Does clinical breast examination work as a means of breast screening?

Clinical breast examination, as a screening modality, has been studied with mixed results.   A recent study carried out in Sudan showed that clinical examination does pick up breast cancer at an earlier stage than in the control population.1    In Canada, where clinical breast examination was compared to mammographic examination, the mortality from breast cancer, 20 years later, was similar in both groups although more cancers were diagnosed in the mammographically screened population2.

The Breast Course for Nurses is a combination of a self-learning program (PEP educations series) and a residential program that contextualizes the theory in the book, encourages networking amongst the participants and stimulates debate as to how to improve access to care.  The courses are taught by local faculty and no course is the same.

Does our method of transferring understanding work?  We will be doing various projects to look at the impact of running our course.

In the next blog, we will give details of the courses we have run over the last 12 months.

References

  1. Abuidris DO1, Elsheikh A, Ali M, Musa H, Elgaili E, Ahmed AO, Sulieman I, Mohammed SI. Breast-cancer screening with trained volunteers in a rural area of Sudan: a pilot study. Lancet Oncol. 2013 Apr;14(4):363-70. doi: 10.1016/S1470-2045(12)70583-1. Epub 2013 Jan 31.
  1. Anthony B Miller, Claus Wall, Cornelia J Baines, Ping Sun, Teresa To, Steven A Narod.. Twenty five year follow-up for breast cancer incidence and mortality of the Canadian National Breast. Screening Study: randomised screening trial. BMJ: g366 doi:10.1136/bmj g 366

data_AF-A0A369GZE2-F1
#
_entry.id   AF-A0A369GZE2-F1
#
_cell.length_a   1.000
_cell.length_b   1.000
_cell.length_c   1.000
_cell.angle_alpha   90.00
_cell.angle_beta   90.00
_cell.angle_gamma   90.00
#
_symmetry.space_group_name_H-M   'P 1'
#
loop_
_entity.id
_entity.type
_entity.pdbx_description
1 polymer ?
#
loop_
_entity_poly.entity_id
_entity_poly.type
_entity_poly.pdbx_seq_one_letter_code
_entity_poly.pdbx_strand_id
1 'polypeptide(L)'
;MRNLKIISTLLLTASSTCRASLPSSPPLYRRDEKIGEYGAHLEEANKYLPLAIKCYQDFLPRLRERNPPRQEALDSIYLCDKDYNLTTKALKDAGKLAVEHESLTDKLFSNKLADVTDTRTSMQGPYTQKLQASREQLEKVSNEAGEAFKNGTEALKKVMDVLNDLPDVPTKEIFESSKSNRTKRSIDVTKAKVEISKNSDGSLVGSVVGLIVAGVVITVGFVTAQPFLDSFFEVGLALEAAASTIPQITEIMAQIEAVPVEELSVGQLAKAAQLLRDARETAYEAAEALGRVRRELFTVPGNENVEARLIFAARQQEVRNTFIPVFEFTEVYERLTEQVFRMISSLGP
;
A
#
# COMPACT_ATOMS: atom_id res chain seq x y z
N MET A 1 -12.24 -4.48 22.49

Facebook: http://www.facebook.com/breastcourse4nurses

Blog: www.jennyedge.co.za

Email: lieskewegelin@gmail.com

ABC - Advocates for Breast Cancer - Breast Course 4 Nurses

#TouchYourselfTonight

In a series of witty PSA videos, the masked superhero Deadpool is using his new popularity to extend the benefits of self-examining your breasts to check for breast cancer. So, #TouchYourselfTonight.

“Did you know that one in eight women will be diagnosed with breast cancer at some point in their life? So it looks like you’ve got some fumbling to do yourself.” #TouchYourselfTonight

Source: www.faircare.io

World Cancer Day highlights urgent need for a breast health policy in South Africa

 

8_WeCanShapePolicyChange_WCD2016_512x1024
It has been 16 years since World Cancer Day (WCD) was declared as part of the Paris Charter adopted at the World Summit Against Cancer for the New on 4 February 2000, but for most cancer patients in South Africa little has changed.

“Cancer is still not regarded as a priority in South Africa,” says Salomé Meyer, spokesperson for the Advocates for Breast Cancer (ABC), a coalition of interested breast cancer organisations in South Africa.

ABC was formed in 2014 to campaign for a national breast health policy for South Africa and to prioritise the management of this disease. Eight breast cancer organisations – The Breast Health Foundation, Reach for Recovery, CANSA, Pink Drive, Project Flamingo, Breast Course for Nurses, People Living with Cancer and Wings of Hope – are working together to lobby government to create and implement an equitable breast health policy for all South Africans.

“We know that breast cancer is still the leading cause of cancer related deaths for women in our country,” Meyer said. “But we still do not have a cancer registry which would provide the vital real-time data that is needed to plan or budget appropriately.

“This World Cancer Day we are calling on the Minister of Health, Dr Aaron Motsoaledi, to urgently develop a breast health policy for our country.”

As part of its advocacy campaign, ABC provides information about breast cancer on its blog at www.blogforbreastcancer.wordpress.com and through its Facebook page at https://www.facebook.com/AdvocatesForBreastCancer/.